There must be a lot of preparation that goes into each show. How do you decide what to play in a single hour with a head so clearly bursting with music?
From the very beginning, Marie-Louise Muir said “you’re the expert and I will be led by you.” So I break it down into categories. I want to share and present artists that people will know; but I want to share music from those artists that people may not have heard. So I’ll play rare tracks from Chaka Khan or Luther Vandross. I want to play different remixes of tunes you know – in the second show, I played a remix of Radiohead by a deep house DJ whose origins are from Nigeria. I’ll do a total flip of a pop or rock classic in a genre that I love. I also do a segment called Tune In Two, where a track starts off in one direction and ends up in another – for example, it might start out a deep house and switch up to jazz or be a laid back soul record that ends up in broken beat with influences of African music and techno. I set myself a marker for each show where I deliver a representation of each of these areas. And then I throw in some tunes that mean something to me personally as well as brand new music, because I want people to hear stuff that’s only been released last month. That’s how the show is put together.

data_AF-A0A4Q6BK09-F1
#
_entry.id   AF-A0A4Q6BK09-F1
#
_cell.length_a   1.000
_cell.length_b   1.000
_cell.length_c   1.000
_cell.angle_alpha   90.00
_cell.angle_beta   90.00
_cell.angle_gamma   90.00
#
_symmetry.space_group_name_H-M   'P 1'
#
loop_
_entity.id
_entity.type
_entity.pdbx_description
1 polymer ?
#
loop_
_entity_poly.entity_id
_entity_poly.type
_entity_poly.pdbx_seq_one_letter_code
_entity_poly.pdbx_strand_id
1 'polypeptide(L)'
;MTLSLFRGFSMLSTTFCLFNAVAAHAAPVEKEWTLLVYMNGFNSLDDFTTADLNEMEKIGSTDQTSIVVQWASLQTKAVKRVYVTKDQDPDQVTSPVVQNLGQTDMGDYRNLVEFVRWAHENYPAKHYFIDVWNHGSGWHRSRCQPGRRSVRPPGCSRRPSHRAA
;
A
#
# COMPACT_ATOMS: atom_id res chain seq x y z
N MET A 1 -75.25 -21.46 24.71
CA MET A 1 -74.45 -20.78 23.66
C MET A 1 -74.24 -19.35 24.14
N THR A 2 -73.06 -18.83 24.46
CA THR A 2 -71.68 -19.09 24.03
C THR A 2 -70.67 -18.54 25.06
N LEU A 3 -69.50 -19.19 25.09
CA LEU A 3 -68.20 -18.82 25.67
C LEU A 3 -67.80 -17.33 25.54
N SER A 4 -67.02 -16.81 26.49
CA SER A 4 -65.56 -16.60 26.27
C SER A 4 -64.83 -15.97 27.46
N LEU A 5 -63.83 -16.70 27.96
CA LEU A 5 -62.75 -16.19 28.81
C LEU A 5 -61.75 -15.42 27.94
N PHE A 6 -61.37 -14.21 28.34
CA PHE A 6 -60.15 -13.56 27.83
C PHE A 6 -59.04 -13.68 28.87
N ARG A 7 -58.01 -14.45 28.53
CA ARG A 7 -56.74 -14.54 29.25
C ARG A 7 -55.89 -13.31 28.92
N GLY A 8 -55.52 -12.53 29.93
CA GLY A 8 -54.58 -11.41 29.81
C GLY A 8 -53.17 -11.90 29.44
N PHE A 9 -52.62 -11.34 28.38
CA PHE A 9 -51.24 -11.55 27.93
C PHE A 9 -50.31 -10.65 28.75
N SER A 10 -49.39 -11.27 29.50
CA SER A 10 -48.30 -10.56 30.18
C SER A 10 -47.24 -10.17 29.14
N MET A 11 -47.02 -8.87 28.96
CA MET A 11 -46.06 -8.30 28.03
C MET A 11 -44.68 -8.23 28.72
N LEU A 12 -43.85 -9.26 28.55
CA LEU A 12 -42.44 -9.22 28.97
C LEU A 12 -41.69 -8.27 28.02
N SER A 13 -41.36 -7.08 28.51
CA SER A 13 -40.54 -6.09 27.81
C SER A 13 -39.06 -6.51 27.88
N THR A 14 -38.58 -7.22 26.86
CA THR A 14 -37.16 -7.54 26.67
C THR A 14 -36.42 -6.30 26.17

This is a six-week opportunity. Have you got ambitions for Inna Rhythm beyond this?
I am so focused on making these six weeks the best that they can be; it’s quite an intense process. But I love it and I feel it’s got legs. A longer time slot could really take people places – in a single hour, you’re limited to playing 11 or 12 tracks but in a couple of hours you could take people on a deeper journey. There’s also potential on the live front, especially for bringing together local bands with international artists. There’s so much we could do – and it’s a really exciting time.
Inna Rhythm airs every Sunday at 4pm on BBC Radio Ulster. You can listen back to shows you’ve missed and view the full track listings on BBC Sounds.